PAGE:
I’m blessed to say that at this point, my first major loss was earlier this year, and that was my dog. I have drifted apart from friends, but no immediate loved ones have lost their lives. Again, for that, I am so grateful.

But I believe grief can manifest itself in situations beyond mortal loss. In life, we’re constantly changing, constantly losing and gaining, so inevitably we react to these changes in both positive and negative ways. And just because we’ve felt a certain way toward a particular change doesn’t mean we’ll always experience the same reaction. Again, it’s quite a difficult topic to pin down.

At the end of class the day we discussed grief, we were asked to answer the question, “What is your most vivid experience with grief?” Although prior to this lecture I had never considered answering the way I did, I felt compelled to say my most immediate, emotional encounter with grief was the loss of myself. The loss of the identity that my eating disorder so desperately craves.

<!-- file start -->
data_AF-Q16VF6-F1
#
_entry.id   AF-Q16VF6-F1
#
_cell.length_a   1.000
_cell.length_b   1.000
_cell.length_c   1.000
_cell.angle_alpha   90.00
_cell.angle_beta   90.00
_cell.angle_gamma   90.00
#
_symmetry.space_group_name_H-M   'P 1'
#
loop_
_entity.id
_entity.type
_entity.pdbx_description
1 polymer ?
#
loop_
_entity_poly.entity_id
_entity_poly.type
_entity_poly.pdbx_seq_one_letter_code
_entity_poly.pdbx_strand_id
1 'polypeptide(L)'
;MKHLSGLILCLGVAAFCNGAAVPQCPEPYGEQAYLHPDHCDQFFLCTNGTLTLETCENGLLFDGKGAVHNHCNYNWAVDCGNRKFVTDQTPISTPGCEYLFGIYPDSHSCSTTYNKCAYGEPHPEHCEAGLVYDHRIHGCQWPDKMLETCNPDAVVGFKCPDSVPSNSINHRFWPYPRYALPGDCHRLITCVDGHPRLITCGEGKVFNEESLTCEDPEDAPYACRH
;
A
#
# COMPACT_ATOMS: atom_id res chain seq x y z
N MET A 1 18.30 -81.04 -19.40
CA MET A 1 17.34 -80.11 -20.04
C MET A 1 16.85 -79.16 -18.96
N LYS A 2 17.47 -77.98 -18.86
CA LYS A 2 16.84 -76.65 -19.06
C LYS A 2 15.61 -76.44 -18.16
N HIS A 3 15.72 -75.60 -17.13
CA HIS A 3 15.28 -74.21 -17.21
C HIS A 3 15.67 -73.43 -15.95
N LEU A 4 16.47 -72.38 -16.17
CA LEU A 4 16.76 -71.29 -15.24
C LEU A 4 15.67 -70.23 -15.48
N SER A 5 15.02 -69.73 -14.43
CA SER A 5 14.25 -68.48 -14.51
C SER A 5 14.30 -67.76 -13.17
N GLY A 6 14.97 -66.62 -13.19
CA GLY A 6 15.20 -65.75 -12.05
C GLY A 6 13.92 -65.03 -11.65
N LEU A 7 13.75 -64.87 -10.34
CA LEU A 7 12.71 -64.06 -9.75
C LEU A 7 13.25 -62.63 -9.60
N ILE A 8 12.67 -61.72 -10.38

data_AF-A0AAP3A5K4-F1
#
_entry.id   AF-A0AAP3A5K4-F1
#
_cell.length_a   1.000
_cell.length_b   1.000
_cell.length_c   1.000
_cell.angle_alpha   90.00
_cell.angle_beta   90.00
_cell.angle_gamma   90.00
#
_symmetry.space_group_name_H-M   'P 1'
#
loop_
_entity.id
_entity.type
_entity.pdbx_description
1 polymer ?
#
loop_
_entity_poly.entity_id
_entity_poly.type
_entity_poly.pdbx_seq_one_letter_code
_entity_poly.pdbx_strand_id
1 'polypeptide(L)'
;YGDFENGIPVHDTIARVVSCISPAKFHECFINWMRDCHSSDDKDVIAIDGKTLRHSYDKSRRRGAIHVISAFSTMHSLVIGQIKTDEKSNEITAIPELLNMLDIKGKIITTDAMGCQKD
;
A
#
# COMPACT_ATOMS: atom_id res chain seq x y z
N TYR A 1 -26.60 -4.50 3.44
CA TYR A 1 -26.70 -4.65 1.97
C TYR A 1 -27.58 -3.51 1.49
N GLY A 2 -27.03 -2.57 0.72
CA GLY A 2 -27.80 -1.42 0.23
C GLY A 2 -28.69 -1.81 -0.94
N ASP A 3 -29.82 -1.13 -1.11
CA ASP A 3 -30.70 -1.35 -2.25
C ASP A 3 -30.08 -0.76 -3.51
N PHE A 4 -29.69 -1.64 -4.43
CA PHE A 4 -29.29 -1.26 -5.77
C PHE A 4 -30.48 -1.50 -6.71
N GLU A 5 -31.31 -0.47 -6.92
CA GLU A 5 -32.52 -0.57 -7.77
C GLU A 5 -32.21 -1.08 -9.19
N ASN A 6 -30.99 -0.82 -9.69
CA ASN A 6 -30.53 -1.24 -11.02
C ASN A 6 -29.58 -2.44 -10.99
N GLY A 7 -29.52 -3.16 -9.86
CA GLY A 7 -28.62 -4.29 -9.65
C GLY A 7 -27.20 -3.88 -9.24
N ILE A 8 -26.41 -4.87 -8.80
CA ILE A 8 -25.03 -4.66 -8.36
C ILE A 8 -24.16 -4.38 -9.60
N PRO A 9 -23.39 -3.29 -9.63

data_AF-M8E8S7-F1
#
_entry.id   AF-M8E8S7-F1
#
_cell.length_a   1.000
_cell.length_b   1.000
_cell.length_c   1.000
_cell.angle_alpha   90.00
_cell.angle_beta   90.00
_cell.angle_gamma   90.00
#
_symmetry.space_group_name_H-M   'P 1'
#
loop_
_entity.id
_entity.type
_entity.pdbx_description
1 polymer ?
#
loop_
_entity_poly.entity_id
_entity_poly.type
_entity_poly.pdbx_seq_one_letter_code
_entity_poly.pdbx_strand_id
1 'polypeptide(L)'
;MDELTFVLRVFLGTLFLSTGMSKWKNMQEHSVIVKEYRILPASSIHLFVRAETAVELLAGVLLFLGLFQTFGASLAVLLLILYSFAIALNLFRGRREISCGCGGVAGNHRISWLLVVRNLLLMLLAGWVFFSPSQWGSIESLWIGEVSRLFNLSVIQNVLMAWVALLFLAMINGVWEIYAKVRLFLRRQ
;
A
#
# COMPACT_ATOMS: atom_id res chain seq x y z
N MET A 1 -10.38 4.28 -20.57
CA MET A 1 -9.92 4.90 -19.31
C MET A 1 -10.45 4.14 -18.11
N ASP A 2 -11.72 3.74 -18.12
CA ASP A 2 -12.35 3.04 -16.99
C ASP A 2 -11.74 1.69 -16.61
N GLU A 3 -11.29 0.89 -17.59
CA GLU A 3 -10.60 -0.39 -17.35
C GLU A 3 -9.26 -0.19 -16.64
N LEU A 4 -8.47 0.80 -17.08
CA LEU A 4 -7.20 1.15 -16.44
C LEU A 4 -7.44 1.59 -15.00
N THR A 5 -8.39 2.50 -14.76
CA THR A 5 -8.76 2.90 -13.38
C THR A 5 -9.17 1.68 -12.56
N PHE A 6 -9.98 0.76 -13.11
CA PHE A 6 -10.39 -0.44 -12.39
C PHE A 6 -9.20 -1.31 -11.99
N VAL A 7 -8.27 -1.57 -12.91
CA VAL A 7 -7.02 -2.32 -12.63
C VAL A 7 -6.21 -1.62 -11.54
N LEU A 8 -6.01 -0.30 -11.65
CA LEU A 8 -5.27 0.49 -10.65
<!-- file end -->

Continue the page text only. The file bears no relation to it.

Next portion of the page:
I can still remember so clearly the first time my family had an intervention with me. The first time I myself realized I had a problem that I was ignoring and outright denying. I was at a point where I especially could not see myself as I was, malnourishing myself. Constantly thinking about food and my body. Losing a noticeable amount of weight in a short time. 

As I said, I was in denial that my mindset and intended lifestyle were not sustainable. That my “goal weight” and “ideal body” weren’t possible without slowly killing myself to achieve them. 

When realization hit me like a ton of bricks, I cried harder than I had ever had in my life. I remember going downstairs to my bathroom and just sobbing, getting so furious with myself that I had done what I had. That I had spent the last few months completely consumed in a daze of self-harm.